Low Light Photography Tips

Photographing in low light can be challenging, but there are several things you can do to help improve low light photos.  Low light photography is a very broad term that can refer to many different poor lighting conditions.  Indoor photography with little to no natural light and concert photography are both examples of low light photography.

You may notice that many low light photos are not clear or blurry. This is a result of  a slow shutter speed.  In order for the camera to properly expose the shot, the camera leaves the shutter open long enough to collect enough light. In poor lighting conditions the shutter is often open for a relatively long time.

Low Light Photography Tips-

1. Shoot at a low F-Stop- When shooting with an open or wide aperture you can shoot at a higher shutter speed resulting in clearer pictures.  The wider the aperture the less time the shutter needs to stay open to correctly expose the picture.  One thing to remember is the wider the aperture (lower f-stop) the shallower the depth of field.

You can adjust the F-stop by shooting in Av (aperture priority) or M (manual).  Both camera modes allow you to manually adjust the F-Stop.

Not all lenses are created equally.  Generally speaking, the lower the F-Stop the more expensive the lens. It is not uncommon to see fast lenses (lenses that have a low F-stop) cost thousands of dollars.  There are relatively cheap fast lenses, and it is worth shopping around to find one that fits your budget.  I currently own the Tamron 17-50mm 2.8 ($450) and Canon 1.8 (100).  Both lenses have good low light capabilities.

2. Shoot at a high ISO- Similar to shooting at a low F-Stop, by adjusting the camera’s ISO you can reduce the amount of light needed to properly expose the photo.  By increasing the camera’s ISO you are increasing the camera’s sensitivity to light, resulting in less time the sensor needs to be exposed. This allows you to shoot at a faster shutter speed.  As technology changes the camera’s ISO capability is improving.  My 7D had the ability to shoot at 6400 ISO.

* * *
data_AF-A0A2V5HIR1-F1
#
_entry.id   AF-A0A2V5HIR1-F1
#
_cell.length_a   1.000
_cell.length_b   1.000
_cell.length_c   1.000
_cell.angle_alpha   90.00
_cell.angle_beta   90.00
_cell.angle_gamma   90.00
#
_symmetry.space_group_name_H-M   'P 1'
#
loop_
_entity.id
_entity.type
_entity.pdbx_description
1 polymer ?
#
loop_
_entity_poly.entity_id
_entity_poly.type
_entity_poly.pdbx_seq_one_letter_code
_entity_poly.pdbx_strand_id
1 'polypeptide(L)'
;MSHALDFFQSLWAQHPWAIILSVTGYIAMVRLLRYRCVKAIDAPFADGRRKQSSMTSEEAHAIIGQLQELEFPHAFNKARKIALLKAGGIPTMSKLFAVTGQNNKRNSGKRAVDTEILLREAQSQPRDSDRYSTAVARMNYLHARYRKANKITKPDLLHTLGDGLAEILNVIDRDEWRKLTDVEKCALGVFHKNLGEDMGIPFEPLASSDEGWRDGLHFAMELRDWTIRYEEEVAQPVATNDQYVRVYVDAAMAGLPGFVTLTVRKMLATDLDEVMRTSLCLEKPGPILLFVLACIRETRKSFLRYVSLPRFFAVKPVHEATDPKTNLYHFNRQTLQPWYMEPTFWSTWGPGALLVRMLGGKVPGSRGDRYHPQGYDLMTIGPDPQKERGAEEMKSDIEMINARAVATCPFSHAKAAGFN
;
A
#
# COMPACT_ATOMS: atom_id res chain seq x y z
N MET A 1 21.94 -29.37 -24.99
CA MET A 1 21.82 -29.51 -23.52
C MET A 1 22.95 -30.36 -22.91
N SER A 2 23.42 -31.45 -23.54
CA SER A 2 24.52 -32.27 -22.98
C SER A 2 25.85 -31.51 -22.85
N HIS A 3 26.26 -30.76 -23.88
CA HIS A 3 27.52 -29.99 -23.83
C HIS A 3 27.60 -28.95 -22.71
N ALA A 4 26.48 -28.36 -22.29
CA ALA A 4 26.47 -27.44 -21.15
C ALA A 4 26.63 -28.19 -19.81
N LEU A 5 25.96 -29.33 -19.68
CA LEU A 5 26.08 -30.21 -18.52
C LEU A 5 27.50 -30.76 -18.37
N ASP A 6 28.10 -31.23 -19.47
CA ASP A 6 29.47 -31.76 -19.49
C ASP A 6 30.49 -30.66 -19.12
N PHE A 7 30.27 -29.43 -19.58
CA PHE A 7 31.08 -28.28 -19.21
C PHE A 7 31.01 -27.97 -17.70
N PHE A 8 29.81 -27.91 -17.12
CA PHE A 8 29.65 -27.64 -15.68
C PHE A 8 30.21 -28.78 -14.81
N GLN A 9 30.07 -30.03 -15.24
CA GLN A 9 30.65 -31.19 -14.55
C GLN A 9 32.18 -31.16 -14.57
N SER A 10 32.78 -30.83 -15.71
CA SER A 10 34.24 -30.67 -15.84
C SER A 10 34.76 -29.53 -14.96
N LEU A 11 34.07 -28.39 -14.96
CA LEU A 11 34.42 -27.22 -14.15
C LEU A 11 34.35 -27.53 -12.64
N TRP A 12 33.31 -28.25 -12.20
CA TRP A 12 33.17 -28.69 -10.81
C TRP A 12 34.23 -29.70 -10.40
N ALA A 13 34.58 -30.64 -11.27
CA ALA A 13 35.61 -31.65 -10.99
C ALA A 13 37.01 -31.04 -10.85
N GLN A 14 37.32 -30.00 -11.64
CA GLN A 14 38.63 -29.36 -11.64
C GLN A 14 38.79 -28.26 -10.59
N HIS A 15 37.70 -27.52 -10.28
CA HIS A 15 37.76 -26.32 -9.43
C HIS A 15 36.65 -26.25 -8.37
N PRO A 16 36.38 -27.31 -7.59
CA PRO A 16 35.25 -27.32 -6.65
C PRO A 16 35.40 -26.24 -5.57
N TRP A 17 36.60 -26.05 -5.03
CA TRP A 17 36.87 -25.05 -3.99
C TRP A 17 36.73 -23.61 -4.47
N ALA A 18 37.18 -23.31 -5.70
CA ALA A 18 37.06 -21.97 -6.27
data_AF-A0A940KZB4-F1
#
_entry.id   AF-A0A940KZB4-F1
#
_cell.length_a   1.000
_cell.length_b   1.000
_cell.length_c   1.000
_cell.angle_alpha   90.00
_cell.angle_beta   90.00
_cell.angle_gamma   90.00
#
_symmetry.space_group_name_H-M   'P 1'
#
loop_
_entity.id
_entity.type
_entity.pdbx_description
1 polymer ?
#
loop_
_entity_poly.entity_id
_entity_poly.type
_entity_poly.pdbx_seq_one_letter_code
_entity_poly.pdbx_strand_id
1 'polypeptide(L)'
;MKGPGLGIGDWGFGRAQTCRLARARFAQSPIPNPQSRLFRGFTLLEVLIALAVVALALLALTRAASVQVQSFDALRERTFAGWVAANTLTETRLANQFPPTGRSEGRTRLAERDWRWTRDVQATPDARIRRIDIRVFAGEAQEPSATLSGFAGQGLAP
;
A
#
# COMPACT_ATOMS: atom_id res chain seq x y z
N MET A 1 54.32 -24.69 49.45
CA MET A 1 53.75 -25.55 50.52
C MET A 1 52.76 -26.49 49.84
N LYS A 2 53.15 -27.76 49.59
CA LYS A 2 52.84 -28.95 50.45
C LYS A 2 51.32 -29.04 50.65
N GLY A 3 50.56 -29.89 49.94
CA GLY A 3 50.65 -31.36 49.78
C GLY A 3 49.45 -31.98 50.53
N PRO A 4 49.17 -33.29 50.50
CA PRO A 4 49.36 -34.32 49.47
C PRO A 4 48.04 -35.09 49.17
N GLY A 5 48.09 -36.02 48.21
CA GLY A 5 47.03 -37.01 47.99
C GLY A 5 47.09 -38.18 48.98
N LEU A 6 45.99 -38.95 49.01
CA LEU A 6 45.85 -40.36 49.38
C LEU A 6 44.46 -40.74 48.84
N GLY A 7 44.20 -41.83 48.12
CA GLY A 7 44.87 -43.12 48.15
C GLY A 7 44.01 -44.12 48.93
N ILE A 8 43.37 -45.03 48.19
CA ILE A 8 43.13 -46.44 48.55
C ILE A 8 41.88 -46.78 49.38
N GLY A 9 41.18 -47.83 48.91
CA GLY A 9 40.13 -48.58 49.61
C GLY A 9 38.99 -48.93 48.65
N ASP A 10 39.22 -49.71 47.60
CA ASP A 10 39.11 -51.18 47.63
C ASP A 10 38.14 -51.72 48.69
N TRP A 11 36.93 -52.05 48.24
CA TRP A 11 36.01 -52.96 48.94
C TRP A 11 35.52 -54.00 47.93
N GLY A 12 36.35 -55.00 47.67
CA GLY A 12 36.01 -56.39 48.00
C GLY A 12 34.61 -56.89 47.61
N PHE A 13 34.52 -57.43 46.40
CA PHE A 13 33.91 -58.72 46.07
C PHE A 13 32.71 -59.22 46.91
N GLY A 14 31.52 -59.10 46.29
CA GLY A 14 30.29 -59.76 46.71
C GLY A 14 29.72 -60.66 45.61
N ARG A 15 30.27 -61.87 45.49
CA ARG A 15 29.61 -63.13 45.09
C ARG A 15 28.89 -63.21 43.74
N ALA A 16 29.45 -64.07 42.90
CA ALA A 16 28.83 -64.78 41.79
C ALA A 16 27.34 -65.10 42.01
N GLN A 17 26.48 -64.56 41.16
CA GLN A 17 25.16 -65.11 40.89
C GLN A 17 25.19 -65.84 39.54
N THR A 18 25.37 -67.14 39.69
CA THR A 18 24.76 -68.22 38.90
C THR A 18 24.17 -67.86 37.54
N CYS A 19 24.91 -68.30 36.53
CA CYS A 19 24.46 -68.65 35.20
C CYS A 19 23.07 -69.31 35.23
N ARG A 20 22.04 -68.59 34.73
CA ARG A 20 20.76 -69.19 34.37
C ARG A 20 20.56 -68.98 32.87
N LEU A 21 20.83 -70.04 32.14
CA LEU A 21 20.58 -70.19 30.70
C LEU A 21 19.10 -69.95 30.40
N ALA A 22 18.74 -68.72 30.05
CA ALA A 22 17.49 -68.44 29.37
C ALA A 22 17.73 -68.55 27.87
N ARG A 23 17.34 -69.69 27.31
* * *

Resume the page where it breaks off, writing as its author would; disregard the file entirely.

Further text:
However, the higher the ISO the more noise you will see in the photo.  It is best to find a balance between the F-stop and ISO.  Just because a camera can shoot at 6400 or 12800 doesn’t mean you should set the ISO as high as possible and shoot away.  Test your camera and lens capability and find what you feel is an acceptable image quality.

3. Use a tripod if possible- I understand it is not always possible to use a tripod but if at all possible, use one in low light situations.  Using a tripod is one way to reduce the blur created by a shaking camera.  A tripod can be a photographers best friend, but it is important that you select the correct tripod to fit your needs.  There are so many tripods on the market, and if you cheap- out on a tripod you will find yourself leaving it at home rather than taking advantage of it’s benefits.

4. Post Process / Noise Reduction- As discussed earlier, shooting at a high ISO results in increased noise in the photo.  There is noise reduction software that helps reduce the amount of noise in your photosI am currently using Adobe Lightroom 3 for most of my post processing.  Lightroom 3′s noise reduction is easy to use and can make a world of difference.  Be careful not to overdo the noise reduction.  Noise reduction will also soften your photos, resulting in a unsharp photo or detail loss.

Notice the noise in the upper eyelid and in the shadow cast on her face from the hairband (click to enlarge).  You can see the noise reduction menu in the far right. This photo has no noise reduction applied.

 

I over did the noise reduction in this next photo to make it more easily visible. Notice in the noise reduction menu it is at 100.  Normally I would not apply this much noise reduction because you will also notice a lot of details have been lost.  It is important to find a balance between noise reduction and desired details.

 

5. Use a flash when acceptable – Many times a flash is not allowed or appropriate in low light situations.  For example, you don’t want to use a flash at a concert or play. You will often see signs that read, “no flash product photography.”  That being said, there are times when a flash is acceptable, and it can make a huge difference.  The on-board camera flash can be harsh and limiting but can get the job done if needed.  I would recommend an external flash. They are much more versatile and can dramatically improve your photos.  You can find a comparison I did Here, which compares the on-board flash to an external Canon Speedlite 430EX II.

 

This photograph of my Goldendoodle was taken in my living room using the a Canon 7D / Canon 50mm 1.8 / Canon Speedlite 430EX II.  The external flash allowed me to bounce the light off the ceiling which lit up the  dim room.

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